On the closing day of NACAC, attendees packed the room at a session that discussed the other high-profile initiative to improve college access: The Coalition for Access, Affordability, and Success. The Coalition is comprised of a group of public and private institutions that make need-blind admissions decisions and meet each student’s full need. This group presented its plans for a set of online tools designed to help students, especially low-income students, navigate the application and financial aid process beginning as early as ninth grade. These tools include a digital portfolio, a platform for collaboration, and an application portal. The tools are designed to bring the entirety of a student’s high school experience to bear in college decisions.

High school guidance counselors in attendance expressed many concerns, namely that this initiative will make high school one long college application process instead of a precollege learning experience. Additionally, the tools might make a complicated process even harder to navigate and have the unintended effect of giving sophisticated students (and parents) who know how to navigate complicated systems an additional advantage. Finally, the institutions in the Coalition are not the institutions that generally serve the bulk of low-income, first-generation, or diverse students. These students are more likely to attend four-year and community colleges that are unable to be need-blind and meet a student’s full need. Those with a more cynical take believe that the tool is mostly a way for the Coalition to break away from The Common Application.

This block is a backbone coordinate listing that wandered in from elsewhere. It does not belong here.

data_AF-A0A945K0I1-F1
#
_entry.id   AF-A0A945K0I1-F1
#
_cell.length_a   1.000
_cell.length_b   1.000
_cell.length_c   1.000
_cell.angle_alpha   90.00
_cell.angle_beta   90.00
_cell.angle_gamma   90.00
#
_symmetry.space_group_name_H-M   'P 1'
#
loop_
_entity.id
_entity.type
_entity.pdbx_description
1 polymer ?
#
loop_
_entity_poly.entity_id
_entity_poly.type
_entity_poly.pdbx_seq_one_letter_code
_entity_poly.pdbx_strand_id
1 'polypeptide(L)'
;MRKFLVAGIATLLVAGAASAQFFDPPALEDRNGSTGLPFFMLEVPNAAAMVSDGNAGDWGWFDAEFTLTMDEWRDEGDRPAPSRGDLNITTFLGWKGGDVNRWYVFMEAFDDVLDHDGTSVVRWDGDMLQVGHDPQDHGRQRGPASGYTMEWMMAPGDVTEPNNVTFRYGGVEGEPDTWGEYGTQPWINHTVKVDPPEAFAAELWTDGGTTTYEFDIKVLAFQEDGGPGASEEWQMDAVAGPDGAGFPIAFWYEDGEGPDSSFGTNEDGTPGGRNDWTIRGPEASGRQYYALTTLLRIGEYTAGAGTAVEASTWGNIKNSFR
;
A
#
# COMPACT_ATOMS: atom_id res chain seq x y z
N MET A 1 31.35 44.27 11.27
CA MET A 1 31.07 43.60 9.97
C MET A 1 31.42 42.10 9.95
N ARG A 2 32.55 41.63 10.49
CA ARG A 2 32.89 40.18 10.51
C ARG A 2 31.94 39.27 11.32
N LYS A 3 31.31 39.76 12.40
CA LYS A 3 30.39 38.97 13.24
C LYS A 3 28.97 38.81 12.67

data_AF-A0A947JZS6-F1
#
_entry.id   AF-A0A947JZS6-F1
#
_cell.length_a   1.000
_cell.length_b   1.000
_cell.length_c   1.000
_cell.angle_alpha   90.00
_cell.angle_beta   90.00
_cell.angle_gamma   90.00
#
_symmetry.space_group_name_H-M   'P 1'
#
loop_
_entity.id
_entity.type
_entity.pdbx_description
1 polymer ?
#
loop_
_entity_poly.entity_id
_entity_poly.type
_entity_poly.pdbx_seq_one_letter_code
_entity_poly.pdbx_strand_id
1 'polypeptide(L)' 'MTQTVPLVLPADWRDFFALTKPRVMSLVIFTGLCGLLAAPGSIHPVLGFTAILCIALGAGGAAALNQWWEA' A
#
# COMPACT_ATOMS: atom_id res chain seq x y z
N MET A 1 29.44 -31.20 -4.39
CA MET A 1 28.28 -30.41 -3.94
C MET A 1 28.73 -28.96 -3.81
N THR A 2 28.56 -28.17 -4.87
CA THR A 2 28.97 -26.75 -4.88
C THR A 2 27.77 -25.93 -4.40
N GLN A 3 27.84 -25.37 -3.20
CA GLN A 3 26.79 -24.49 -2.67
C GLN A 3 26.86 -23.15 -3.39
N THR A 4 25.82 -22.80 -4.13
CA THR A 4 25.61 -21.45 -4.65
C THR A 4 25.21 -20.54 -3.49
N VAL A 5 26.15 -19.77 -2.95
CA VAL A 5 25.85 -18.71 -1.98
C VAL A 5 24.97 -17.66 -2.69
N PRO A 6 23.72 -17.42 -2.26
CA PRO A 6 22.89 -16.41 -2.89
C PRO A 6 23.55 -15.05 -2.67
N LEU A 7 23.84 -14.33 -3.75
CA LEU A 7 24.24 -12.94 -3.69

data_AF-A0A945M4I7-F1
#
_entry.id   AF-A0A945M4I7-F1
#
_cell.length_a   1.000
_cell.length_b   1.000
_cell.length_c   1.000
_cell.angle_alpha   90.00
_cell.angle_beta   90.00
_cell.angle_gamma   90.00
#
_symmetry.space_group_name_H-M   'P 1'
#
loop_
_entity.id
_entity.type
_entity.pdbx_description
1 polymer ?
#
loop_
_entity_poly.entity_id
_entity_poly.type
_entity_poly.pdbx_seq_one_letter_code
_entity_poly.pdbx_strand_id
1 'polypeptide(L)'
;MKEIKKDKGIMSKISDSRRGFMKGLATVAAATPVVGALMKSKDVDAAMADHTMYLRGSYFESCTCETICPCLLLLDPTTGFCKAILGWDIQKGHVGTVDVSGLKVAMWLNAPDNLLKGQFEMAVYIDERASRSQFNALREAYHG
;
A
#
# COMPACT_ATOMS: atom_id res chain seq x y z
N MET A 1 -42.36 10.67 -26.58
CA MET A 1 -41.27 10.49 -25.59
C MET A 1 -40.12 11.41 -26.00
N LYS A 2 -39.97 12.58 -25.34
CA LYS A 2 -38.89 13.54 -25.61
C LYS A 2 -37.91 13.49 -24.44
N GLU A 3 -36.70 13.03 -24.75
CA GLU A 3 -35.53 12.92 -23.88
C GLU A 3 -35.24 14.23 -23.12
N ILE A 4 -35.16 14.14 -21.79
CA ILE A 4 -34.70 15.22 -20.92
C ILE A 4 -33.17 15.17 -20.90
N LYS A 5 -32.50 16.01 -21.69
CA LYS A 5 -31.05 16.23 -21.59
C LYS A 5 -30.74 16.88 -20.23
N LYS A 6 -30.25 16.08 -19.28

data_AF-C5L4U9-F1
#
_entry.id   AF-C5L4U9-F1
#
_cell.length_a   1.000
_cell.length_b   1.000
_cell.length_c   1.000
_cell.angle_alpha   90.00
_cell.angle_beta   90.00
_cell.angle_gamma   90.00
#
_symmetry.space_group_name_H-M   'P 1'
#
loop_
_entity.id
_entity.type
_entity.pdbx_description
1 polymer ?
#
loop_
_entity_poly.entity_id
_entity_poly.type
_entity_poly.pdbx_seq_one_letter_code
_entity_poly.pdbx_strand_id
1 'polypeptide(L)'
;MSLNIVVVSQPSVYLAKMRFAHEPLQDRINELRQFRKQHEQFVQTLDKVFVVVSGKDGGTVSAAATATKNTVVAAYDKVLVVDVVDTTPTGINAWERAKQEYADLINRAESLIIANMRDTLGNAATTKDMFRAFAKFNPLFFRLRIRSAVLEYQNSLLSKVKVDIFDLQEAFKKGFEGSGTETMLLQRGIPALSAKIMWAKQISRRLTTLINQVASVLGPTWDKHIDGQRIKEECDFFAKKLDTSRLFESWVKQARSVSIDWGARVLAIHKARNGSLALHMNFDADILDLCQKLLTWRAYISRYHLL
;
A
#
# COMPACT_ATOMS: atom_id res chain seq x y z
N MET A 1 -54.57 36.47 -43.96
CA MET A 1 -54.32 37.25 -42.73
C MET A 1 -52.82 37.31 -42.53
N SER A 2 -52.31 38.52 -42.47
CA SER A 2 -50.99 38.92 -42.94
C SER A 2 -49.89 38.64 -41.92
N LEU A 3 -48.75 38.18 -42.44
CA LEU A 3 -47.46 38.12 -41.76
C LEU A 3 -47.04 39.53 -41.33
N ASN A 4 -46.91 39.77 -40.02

In either case, these two high-profile initiatives bring technology and tools to real problems, but they have yet to illustrate how they will enable actual students to use the tools effectively. Building the technology platform is usually the easy part; getting the right students to use the technology will be the hard part.

As the College Board, with Khan, and the Coalition bring these initiatives to light, they should heed the work of other organizations that have been successful, albeit at a smaller scale, in this domain. For example, UAspire, a non-profit organization that helps underserved students find pathways to and through college, is an organization that understands the value of community partnerships in reaching underserved students. Its curriculum, beginning in 7th grade and continuing through college completion, covers preparation, affordability, and success in college. UAspire has built this curriculum through partnerships with local school districts and the business community. Here in Boston, it is available to every student in the Boston Public Schools. It has built its model on personal interactions with counselors who work with students and is learning to scale its model using text messaging through Signal Vine and delivering its content online. It is using technology, but the relationships come first.

While the College Board and the Coalition for College Access, Affordability, and Success are building technology platforms, they will need to overcome cynicism by building partnerships and community relationships that drive the right students, those who need equitable access to higher education. Until that happens, there is a good chance that they will fall short of their goals.

Let’s be cautiously optimistic about grand gestures to build college access and remember the many lessons of working with underserved populations. If you build it, they will not come without grassroots community involvement. Let’s invest in partnerships and communities as much as we invest in technology.